On September 4, the Oneida Tribe of Indians of Wisconsin won dismissal of a putative class action alleging that it printed expiration dates and more than the last five digits of credit cards on receipts at its retail stores.  In Jeremy Meyers, et al. v. Oneida Tribe of Indians of Wisconsin (Civil Action No. 1:15-cv-00445, E.D. Wisc.), the court agreed with the tribe’s argument that its sovereignty made it immune to Fair and Accurate Credit Transactions Act (FACTA) lawsuits.  The plaintiff had filed suit in April 2015, alleging that FACTA applied to any foreign or domestic government, including Indian tribes. 

Instead, the court followed the basic rule that Indian tribes are generally immune from legal actions unless Congress “unequivocally” expresses an intent to abrogate such immunity.  According to Judge Griesbach of the U.S. District Court for the Eastern District of Wisconsin:  

It is one thing to say “any government” means “the United States.”  That is an entirely natural reading of “any government.” But it’s another thing to say “any government” means “Indian tribes.”  Against the long-held tradition of tribal immunity … “any government” is equivocal in this regard.”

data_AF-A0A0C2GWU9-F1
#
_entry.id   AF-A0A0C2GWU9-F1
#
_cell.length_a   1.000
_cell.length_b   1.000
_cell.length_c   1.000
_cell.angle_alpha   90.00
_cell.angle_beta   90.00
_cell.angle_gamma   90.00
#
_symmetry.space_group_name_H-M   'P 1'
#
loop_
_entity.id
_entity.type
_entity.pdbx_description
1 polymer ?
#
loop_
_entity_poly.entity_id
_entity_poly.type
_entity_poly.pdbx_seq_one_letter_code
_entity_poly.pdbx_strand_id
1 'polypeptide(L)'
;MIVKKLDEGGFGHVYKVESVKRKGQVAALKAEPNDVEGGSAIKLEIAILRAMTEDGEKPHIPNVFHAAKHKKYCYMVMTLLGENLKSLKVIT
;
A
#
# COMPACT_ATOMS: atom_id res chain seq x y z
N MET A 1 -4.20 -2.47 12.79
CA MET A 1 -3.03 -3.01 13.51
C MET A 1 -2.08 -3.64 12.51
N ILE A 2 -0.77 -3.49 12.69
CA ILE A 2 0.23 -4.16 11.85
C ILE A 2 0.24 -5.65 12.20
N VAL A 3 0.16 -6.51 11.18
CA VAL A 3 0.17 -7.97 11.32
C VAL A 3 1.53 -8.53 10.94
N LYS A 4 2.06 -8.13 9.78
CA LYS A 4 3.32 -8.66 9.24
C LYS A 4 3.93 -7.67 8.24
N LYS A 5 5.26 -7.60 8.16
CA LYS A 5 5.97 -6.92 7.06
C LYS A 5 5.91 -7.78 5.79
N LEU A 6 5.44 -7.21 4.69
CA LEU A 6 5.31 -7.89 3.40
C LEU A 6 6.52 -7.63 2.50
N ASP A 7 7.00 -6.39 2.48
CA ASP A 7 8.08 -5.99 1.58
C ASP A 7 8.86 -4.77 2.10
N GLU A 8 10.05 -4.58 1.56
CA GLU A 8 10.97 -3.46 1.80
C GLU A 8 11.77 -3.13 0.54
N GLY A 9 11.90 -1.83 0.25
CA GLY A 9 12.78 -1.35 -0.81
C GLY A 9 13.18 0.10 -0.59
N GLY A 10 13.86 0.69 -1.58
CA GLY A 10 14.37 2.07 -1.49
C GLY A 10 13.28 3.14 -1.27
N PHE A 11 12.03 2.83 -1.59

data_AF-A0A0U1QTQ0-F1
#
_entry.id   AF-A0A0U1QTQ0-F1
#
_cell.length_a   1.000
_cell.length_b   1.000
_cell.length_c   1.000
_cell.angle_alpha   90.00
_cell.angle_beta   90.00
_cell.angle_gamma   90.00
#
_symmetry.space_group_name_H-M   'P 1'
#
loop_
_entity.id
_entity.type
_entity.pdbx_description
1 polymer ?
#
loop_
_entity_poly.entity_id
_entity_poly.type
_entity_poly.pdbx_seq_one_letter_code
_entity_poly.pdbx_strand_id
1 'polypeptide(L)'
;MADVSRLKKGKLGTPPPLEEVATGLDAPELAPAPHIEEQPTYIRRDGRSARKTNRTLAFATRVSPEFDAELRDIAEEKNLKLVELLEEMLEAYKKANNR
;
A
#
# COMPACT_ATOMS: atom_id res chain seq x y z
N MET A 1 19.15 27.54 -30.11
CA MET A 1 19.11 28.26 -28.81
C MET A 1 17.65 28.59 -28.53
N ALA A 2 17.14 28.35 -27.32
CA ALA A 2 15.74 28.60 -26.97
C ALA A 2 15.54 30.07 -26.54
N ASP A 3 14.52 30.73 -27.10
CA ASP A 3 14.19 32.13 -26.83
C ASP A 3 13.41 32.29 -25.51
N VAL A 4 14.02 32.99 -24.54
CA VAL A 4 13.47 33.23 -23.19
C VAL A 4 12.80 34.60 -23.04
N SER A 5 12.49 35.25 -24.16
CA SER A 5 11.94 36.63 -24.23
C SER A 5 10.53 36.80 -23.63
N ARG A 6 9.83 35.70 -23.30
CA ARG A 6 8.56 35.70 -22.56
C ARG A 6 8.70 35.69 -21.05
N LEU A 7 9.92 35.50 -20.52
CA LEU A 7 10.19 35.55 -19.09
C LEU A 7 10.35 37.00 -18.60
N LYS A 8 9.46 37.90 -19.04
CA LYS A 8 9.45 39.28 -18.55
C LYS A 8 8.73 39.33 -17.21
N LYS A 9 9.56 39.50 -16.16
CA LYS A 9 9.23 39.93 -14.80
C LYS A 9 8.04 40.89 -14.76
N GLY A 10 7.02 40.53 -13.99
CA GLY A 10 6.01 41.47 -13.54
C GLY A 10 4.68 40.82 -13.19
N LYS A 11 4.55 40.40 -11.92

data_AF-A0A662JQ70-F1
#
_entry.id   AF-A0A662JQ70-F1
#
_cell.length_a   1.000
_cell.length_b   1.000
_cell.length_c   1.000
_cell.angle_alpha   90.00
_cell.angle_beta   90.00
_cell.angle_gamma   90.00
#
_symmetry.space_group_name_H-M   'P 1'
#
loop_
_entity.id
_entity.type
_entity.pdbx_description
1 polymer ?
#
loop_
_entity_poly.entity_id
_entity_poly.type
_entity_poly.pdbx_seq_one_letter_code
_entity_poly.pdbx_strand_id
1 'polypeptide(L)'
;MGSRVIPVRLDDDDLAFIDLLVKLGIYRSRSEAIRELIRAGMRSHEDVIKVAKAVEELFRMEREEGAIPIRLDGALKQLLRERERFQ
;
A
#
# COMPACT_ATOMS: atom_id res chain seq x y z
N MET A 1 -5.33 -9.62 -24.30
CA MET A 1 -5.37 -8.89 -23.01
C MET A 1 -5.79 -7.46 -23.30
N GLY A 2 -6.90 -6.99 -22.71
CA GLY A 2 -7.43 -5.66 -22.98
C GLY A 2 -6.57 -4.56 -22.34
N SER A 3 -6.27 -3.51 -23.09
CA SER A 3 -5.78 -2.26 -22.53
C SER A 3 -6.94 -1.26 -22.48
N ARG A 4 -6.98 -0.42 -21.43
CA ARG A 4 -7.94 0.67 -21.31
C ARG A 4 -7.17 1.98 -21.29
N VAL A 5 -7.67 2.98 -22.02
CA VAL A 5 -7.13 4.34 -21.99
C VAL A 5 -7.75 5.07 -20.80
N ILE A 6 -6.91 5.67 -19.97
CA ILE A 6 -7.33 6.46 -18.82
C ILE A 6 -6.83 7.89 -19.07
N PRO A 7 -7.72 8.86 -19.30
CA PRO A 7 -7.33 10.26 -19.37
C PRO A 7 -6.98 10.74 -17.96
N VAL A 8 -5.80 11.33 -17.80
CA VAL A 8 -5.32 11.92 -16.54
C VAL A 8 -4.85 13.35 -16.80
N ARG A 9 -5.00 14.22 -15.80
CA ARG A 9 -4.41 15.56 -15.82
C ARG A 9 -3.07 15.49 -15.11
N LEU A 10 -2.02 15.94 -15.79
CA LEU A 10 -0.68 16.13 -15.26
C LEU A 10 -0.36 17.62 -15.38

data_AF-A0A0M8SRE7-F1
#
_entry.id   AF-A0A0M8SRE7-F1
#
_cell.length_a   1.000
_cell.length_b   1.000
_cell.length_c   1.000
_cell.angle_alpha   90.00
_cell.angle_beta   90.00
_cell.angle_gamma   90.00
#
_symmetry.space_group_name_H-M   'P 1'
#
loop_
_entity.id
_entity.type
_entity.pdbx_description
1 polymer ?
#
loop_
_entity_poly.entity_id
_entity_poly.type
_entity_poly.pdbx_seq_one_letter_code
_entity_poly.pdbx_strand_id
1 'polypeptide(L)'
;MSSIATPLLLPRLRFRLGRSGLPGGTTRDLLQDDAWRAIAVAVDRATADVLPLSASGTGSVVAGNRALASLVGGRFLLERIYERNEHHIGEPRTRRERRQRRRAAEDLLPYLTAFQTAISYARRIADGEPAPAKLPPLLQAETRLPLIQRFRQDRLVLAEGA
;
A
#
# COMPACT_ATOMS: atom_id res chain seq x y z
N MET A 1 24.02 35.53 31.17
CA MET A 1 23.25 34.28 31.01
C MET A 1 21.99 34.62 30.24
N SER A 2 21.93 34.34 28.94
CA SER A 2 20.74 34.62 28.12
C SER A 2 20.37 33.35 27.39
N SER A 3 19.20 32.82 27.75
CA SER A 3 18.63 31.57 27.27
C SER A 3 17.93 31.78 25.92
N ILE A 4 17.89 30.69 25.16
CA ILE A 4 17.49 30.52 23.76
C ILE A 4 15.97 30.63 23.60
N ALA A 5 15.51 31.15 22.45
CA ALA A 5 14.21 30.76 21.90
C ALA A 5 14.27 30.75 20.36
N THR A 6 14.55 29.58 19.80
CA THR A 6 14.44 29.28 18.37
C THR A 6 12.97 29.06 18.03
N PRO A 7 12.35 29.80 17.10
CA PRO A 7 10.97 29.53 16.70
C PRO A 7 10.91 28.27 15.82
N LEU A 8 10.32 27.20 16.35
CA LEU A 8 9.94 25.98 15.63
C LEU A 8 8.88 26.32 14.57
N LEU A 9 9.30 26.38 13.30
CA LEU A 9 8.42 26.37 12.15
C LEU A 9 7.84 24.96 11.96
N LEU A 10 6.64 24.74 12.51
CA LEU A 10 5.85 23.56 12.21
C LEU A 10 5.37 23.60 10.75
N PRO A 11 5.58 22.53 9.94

He added, citing the Fair Debt Collection Practices Act, that “Congress knows how to abrogate tribal immunity.”

The plaintiff indicated that he will appeal the ruling to the Seventh Circuit Court of Appeals.  According to his counsel:  

There is a circuit split on this issue and so, the judge in this case followed the reasoning of the one side of the circuit split giving a narrow reading to the definition of a government under the statutes.  We believe that an Indian tribe is considered to be a domestic government as the Ninth Circuit has held and so, it falls within the definition of government as used in FACTA, and so FACTA applies to the tribe and they can be sued under FACTA.